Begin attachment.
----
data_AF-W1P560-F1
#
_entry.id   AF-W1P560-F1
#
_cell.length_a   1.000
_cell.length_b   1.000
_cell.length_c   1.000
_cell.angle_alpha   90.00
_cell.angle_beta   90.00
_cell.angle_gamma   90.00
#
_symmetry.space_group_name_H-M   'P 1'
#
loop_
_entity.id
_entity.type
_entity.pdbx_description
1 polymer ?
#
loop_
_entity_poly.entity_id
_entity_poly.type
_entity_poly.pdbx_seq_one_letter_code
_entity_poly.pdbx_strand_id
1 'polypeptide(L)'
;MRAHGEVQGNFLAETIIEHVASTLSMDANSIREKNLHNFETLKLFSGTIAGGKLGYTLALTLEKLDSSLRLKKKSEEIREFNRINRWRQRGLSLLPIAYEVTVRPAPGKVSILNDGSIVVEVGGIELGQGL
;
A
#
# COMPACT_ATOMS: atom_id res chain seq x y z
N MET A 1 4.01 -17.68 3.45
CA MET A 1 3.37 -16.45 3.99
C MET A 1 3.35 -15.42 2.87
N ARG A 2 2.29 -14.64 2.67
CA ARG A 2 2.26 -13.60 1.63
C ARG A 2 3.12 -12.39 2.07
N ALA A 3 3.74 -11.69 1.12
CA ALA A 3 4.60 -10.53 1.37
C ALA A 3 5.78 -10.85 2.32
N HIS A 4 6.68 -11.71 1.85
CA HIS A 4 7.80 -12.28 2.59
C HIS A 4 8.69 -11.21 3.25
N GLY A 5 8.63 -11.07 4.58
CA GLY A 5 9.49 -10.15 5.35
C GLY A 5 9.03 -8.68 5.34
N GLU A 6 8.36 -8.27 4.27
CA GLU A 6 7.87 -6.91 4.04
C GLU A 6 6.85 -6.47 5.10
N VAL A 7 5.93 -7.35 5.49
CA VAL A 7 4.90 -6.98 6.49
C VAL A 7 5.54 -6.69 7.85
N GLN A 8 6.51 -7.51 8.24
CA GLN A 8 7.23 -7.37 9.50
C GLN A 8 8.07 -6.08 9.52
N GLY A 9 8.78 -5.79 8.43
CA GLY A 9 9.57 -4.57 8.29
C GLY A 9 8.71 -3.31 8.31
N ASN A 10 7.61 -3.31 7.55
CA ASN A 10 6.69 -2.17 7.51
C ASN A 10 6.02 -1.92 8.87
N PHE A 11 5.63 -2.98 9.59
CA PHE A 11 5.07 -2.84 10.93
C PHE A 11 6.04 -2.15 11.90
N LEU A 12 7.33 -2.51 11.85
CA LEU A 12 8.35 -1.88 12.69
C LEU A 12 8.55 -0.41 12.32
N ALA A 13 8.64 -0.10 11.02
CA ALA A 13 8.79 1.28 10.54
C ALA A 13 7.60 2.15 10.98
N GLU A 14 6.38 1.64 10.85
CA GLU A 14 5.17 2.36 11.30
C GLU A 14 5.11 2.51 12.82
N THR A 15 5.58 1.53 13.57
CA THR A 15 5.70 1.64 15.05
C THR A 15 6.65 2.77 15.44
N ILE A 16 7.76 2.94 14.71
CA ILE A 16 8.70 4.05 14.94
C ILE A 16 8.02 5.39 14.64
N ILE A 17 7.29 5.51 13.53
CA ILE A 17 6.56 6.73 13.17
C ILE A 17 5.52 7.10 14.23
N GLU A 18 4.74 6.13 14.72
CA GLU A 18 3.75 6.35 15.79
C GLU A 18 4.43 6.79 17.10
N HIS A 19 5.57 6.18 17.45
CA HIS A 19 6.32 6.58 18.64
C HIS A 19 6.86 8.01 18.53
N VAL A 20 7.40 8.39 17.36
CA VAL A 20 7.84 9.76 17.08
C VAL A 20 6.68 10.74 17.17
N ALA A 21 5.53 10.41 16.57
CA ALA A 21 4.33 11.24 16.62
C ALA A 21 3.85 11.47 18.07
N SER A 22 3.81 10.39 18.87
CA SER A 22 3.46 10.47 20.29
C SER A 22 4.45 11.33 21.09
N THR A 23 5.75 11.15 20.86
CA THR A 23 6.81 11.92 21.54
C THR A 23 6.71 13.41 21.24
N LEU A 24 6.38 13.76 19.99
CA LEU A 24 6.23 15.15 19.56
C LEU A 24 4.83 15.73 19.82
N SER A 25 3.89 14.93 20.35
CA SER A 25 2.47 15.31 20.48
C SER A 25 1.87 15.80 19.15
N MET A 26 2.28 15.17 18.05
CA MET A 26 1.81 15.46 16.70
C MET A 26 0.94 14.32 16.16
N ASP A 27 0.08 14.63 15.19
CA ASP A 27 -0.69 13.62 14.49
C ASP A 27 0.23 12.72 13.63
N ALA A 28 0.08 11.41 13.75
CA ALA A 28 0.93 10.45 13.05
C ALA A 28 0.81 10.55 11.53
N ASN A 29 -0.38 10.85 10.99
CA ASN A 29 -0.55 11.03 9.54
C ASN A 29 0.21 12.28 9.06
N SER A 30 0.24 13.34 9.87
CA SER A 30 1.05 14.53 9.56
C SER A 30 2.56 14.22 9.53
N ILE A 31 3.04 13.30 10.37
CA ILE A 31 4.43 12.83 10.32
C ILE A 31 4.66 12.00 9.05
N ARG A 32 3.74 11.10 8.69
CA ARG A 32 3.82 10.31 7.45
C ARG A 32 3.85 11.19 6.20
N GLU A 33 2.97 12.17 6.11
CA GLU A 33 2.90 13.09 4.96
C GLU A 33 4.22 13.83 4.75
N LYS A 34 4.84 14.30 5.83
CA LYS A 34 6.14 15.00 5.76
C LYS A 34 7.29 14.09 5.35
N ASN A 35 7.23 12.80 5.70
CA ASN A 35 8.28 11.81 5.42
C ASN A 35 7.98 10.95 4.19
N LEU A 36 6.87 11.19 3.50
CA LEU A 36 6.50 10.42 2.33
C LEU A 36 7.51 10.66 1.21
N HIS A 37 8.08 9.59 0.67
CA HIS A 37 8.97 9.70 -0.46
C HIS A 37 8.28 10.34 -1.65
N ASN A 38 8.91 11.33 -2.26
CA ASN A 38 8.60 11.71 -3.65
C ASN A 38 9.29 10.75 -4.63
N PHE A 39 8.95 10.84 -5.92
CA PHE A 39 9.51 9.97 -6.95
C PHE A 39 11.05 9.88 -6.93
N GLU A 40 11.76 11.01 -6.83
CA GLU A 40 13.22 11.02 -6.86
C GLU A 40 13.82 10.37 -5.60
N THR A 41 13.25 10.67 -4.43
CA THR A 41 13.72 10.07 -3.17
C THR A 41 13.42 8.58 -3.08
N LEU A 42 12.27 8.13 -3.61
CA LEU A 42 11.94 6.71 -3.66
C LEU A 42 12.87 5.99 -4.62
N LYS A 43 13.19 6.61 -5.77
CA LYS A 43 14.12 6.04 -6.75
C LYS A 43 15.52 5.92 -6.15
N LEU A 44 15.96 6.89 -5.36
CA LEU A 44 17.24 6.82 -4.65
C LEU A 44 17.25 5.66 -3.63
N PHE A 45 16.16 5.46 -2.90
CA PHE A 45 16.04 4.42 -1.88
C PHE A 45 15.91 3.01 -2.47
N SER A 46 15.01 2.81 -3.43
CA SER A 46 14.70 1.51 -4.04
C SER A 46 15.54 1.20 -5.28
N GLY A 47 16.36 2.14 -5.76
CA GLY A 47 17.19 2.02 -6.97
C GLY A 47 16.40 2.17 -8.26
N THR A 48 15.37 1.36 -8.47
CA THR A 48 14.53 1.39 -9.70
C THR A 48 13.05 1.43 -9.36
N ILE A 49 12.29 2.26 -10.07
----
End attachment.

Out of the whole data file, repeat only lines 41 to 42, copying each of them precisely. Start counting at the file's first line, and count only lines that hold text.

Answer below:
CA HIS A 4 7.80 -12.28 2.59
C HIS A 4 8.69 -11.21 3.25